In addition to "My gender is purple." The Small Person has made two other gender statements in recent weeks - curiously enough both in trans spaces. While we were at the Philadelphia Trans Health Conference there was a particularly high frequency of people commenting that The Small Person  is "a beautiful girl". The Small Person responded with "I am not a girl. I am a toddler." The conference program encouraged people not to make assumptions about the gender(s) of other people, to allow people to self-identify and to ask respectfully if people needed to know. No-one ever asked The Small Person, and more that the usual number of people assumed "girl". While I am confident it was all intended to be positive, it felt like people were not able to apply the conference guidelines to someone so young.

At the Trans March on Friday we twice had similar experiences. Both times, a stranger complimented The Small Person saying "What a beautiful girl". Both times he responded "I'm a boy." Both times the adults either could not hear him or ignored him. Both times I had to repeat what he had said. Both times the grown people seemed far more invested in their read of his gender than in his self-identification. One of them, a trans advocate, at the Trans March, responded to me saying "He's telling you he's a boy." with "Whatever.", which amazed me, as I am sure this grown person would not want others responding to her sharing her gender identity with "Whatever". At both the Toronto Trans March, and the Philadelphia Trans Health Conference, as trans communities, our adultism was showing. with growing numbers of children attending both (both because they are our children and because they self-identify as belonging) we need to be doing better at including and engaging with young people. As grown trans people, we need to do better at listening to children, even very young ones. If we are going to build rich intergenerational communities we need to be doing this work now.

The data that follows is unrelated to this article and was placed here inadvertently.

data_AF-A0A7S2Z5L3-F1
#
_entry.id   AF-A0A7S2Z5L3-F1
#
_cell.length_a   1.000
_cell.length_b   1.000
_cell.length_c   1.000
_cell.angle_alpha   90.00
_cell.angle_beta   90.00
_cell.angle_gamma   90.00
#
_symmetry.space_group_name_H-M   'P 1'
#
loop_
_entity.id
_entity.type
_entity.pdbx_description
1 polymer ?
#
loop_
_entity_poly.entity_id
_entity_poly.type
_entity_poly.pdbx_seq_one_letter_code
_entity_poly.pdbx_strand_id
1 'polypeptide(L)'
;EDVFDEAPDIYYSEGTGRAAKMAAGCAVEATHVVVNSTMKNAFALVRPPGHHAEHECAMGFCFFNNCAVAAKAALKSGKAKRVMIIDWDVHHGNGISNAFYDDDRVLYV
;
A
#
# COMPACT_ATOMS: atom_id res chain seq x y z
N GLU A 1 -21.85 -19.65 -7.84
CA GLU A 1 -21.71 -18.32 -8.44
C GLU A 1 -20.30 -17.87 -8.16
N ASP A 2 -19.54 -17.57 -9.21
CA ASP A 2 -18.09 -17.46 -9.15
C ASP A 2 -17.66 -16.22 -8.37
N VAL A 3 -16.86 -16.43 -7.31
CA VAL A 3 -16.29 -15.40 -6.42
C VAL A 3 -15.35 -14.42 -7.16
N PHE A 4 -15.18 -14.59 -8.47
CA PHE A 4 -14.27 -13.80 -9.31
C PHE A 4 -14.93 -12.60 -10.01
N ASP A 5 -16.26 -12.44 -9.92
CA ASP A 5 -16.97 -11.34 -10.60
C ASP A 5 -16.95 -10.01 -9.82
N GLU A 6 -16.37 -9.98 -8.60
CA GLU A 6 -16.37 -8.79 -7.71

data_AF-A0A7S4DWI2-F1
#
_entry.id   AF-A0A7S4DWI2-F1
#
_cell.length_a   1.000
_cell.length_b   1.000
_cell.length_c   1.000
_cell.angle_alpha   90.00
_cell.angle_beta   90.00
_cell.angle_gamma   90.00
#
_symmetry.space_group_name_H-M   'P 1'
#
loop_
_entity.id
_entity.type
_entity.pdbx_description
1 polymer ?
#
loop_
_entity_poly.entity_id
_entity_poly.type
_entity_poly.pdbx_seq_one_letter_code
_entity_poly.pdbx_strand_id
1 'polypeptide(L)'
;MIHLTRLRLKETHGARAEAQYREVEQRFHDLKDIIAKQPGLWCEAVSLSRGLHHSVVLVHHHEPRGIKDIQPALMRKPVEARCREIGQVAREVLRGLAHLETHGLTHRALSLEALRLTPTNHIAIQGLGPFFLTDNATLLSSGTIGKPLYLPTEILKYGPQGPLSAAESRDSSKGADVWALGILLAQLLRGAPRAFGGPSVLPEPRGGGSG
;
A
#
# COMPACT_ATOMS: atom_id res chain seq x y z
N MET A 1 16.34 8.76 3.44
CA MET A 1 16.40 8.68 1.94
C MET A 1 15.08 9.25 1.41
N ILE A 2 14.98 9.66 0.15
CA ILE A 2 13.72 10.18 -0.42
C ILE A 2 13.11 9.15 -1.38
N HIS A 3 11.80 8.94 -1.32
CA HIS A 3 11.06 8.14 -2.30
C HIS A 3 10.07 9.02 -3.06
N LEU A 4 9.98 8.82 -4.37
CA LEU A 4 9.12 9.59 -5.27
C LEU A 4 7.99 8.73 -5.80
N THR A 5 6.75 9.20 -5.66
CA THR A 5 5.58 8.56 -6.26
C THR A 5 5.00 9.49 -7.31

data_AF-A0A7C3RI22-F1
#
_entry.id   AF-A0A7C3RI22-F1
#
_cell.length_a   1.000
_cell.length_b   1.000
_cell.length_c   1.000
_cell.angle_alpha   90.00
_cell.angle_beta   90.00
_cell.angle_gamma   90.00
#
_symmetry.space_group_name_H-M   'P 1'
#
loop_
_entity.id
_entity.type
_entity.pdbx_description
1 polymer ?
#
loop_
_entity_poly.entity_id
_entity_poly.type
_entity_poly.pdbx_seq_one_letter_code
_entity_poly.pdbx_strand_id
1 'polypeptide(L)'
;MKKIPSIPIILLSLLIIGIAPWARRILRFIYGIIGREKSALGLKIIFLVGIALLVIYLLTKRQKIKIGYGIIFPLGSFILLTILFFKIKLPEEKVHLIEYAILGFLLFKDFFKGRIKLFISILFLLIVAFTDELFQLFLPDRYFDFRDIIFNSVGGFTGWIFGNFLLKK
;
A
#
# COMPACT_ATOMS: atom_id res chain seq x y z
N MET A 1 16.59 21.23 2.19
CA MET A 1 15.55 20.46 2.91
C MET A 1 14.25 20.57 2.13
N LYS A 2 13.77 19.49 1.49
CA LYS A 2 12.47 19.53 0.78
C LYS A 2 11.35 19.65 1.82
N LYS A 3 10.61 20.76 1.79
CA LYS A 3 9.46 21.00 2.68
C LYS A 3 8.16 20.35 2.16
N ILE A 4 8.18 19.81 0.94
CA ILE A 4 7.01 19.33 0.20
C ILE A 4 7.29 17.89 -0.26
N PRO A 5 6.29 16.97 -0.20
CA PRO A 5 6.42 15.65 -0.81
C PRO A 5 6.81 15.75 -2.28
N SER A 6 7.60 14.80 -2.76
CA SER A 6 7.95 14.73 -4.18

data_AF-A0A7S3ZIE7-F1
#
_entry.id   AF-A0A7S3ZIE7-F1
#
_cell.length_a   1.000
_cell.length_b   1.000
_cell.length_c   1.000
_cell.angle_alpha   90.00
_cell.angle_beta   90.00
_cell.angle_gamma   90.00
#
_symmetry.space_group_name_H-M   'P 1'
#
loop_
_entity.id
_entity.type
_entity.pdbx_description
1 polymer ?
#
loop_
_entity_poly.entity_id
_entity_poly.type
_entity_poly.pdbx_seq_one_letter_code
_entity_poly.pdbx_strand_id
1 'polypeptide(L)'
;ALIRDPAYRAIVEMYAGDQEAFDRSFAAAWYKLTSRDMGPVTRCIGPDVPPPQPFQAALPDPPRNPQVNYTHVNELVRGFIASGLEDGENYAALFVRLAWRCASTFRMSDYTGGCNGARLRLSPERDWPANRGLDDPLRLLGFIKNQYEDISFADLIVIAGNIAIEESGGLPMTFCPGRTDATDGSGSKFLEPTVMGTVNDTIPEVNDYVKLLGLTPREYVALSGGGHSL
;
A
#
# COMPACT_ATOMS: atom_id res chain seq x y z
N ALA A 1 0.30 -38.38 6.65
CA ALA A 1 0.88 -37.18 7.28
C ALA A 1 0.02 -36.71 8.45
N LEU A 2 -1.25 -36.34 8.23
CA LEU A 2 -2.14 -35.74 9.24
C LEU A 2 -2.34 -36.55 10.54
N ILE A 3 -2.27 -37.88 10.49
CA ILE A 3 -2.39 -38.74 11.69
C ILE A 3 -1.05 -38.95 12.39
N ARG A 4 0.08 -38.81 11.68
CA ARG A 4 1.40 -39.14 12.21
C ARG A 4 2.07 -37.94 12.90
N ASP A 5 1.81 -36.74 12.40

No matter how The Small Person personally identifies, he is both culturally queer and culturally trans. Whether he is is a purple, a toddler, a boy, or something else entirely, he belongs in our communities. We first shared the news we were expecting with friends at the first Toronto Trans March and he's attended every year since, twice he's joined his Papa on stage to host the Trans Stage afterwards. He looks forward to this  - gleefully telling the staff at his day care that "Proud is loud!" in the week running up to this weekend. As communities we need to do better at listening to and believing in children, after all, he's doing what he's leared from and in trans communities - expressing his chosen identity.

Comments

( 14 comments — Leave a comment )
magid
2nd Jul, 2012 19:18 (UTC)
Nothing truly of substance to say, other than your small is pretty wonderful, and I appreciate your thoughtful parenting.
(Anonymous)
2nd Jul, 2012 20:27 (UTC)
So so so many things I adore about this post, among them:

a) "culturally queer" and "culturally trans*"
b) "but also I don't want to teach him that being a girl is in any way wrong or bad (whether The Small Person is a girl or not)"